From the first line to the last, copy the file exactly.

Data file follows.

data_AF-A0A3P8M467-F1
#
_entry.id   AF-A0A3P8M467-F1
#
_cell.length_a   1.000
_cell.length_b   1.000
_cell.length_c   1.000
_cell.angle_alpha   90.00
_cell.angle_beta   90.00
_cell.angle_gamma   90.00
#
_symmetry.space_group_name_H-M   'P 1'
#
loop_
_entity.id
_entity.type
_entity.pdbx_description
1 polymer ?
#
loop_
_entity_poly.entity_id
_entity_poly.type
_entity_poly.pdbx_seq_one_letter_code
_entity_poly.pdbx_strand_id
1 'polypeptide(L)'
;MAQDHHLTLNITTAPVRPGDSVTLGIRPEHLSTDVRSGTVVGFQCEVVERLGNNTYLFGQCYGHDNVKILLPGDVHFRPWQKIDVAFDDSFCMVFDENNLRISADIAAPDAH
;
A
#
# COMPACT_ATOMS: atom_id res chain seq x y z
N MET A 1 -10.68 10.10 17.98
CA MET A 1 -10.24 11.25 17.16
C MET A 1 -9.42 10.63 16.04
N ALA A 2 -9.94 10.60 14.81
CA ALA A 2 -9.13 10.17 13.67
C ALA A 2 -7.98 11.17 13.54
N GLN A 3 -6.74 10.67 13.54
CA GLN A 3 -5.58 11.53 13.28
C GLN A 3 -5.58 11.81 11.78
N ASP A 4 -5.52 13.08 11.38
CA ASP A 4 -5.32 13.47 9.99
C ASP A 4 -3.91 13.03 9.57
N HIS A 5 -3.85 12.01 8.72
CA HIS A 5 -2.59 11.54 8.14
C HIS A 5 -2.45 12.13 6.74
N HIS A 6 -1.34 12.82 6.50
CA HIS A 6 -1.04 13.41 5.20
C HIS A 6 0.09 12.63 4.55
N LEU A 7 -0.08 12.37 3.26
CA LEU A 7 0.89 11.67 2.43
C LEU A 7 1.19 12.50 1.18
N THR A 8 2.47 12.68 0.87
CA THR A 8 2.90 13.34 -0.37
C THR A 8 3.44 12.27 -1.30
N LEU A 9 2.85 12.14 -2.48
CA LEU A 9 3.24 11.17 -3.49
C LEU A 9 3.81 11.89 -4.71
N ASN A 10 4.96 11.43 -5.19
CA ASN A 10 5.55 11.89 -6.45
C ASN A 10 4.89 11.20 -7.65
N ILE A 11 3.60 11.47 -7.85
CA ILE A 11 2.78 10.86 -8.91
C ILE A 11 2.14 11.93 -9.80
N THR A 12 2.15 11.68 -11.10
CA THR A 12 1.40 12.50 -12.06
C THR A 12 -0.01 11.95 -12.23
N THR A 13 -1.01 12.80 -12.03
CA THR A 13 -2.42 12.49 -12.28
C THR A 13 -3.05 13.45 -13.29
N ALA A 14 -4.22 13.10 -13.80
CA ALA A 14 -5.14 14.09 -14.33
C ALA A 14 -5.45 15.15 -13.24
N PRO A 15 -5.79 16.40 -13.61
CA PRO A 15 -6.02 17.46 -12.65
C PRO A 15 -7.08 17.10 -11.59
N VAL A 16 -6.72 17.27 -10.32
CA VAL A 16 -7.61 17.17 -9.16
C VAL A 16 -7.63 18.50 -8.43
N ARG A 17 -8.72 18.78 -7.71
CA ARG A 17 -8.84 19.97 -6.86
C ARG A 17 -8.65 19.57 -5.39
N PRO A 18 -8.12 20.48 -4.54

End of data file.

data_AF-A0A3P8M467-F1
#
_entry.id   AF-A0A3P8M467-F1
#
_cell.length_a   1.000
_cell.length_b   1.000
_cell.length_c   1.000
_cell.angle_alpha   90.00
_cell.angle_beta   90.00
_cell.angle_gamma   90.00
#
_symmetry.space_group_name_H-M   'P 1'
#
loop_
_entity.id
_entity.type
_entity.pdbx_description
1 polymer ?
#
loop_
_entity_poly.entity_id
_entity_poly.type
_entity_poly.pdbx_seq_one_letter_code
_entity_poly.pdbx_strand_id
1 'polypeptide(L)'
;MAQDHHLTLNITTAPVRPGDSVTLGIRPEHLSTDVRSGTVVGFQCEVVERLGNNTYLFGQCYGHDNVKILLPGDVHFRPWQKIDVAFDDSFCMVFDENNLRISADIAAPDAH
;
A
#
# COMPACT_ATOMS: atom_id res chain seq x y z
N MET A 1 -10.68 10.10 17.98
CA MET A 1 -10.24 11.25 17.16
C MET A 1 -9.42 10.63 16.04
N ALA A 2 -9.94 10.60 14.81
CA ALA A 2 -9.13 10.17 13.67
C ALA A 2 -7.98 11.17 13.54
N GLN A 3 -6.74 10.67 13.54
CA GLN A 3 -5.58 11.53 13.28
C GLN A 3 -5.58 11.81 11.78
N ASP A 4 -5.52 13.08 11.38
CA ASP A 4 -5.32 13.47 9.99
C ASP A 4 -3.91 13.03 9.57
N HIS A 5 -3.85 12.01 8.72
CA HIS A 5 -2.59 11.54 8.14
C HIS A 5 -2.45 12.13 6.74
N HIS A 6 -1.34 12.82 6.50
CA HIS A 6 -1.04 13.41 5.20
C HIS A 6 0.09 12.63 4.55
N LEU A 7 -0.08 12.37 3.26
CA LEU A 7 0.89 11.67 2.43
C LEU A 7 1.19 12.50 1.18
N THR A 8 2.47 12.68 0.87
CA THR A 8 2.90 13.34 -0.37
C THR A 8 3.44 12.27 -1.30
N LEU A 9 2.85 12.14 -2.48
CA LEU A 9 3.24 11.17 -3.49
C LEU A 9 3.81 11.89 -4.71
N ASN A 10 4.96 11.43 -5.19
CA ASN A 10 5.55 11.89 -6.45
C ASN A 10 4.89 11.20 -7.65
N ILE A 11 3.60 11.47 -7.85
CA ILE A 11 2.78 10.86 -8.91
C ILE A 11 2.14 11.93 -9.80
N THR A 12 2.15 11.68 -11.10
CA THR A 12 1.40 12.50 -12.06
C THR A 12 -0.01 11.95 -12.23
N THR A 13 -1.01 12.80 -12.03
CA THR A 13 -2.42 12.49 -12.28
C THR A 13 -3.05 13.45 -13.29
N ALA A 14 -4.22 13.10 -13.80
CA ALA A 14 -5.14 14.09 -14.33
C ALA A 14 -5.45 15.15 -13.24
N PRO A 15 -5.79 16.40 -13.61
CA PRO A 15 -6.02 17.46 -12.65
C PRO A 15 -7.08 17.10 -11.59
N VAL A 16 -6.72 17.27 -10.32
CA VAL A 16 -7.61 17.17 -9.16
C VAL A 16 -7.63 18.50 -8.43
N ARG A 17 -8.72 18.78 -7.71
CA ARG A 17 -8.84 19.97 -6.86
C ARG A 17 -8.65 19.57 -5.39
N PRO A 18 -8.12 20.48 -4.54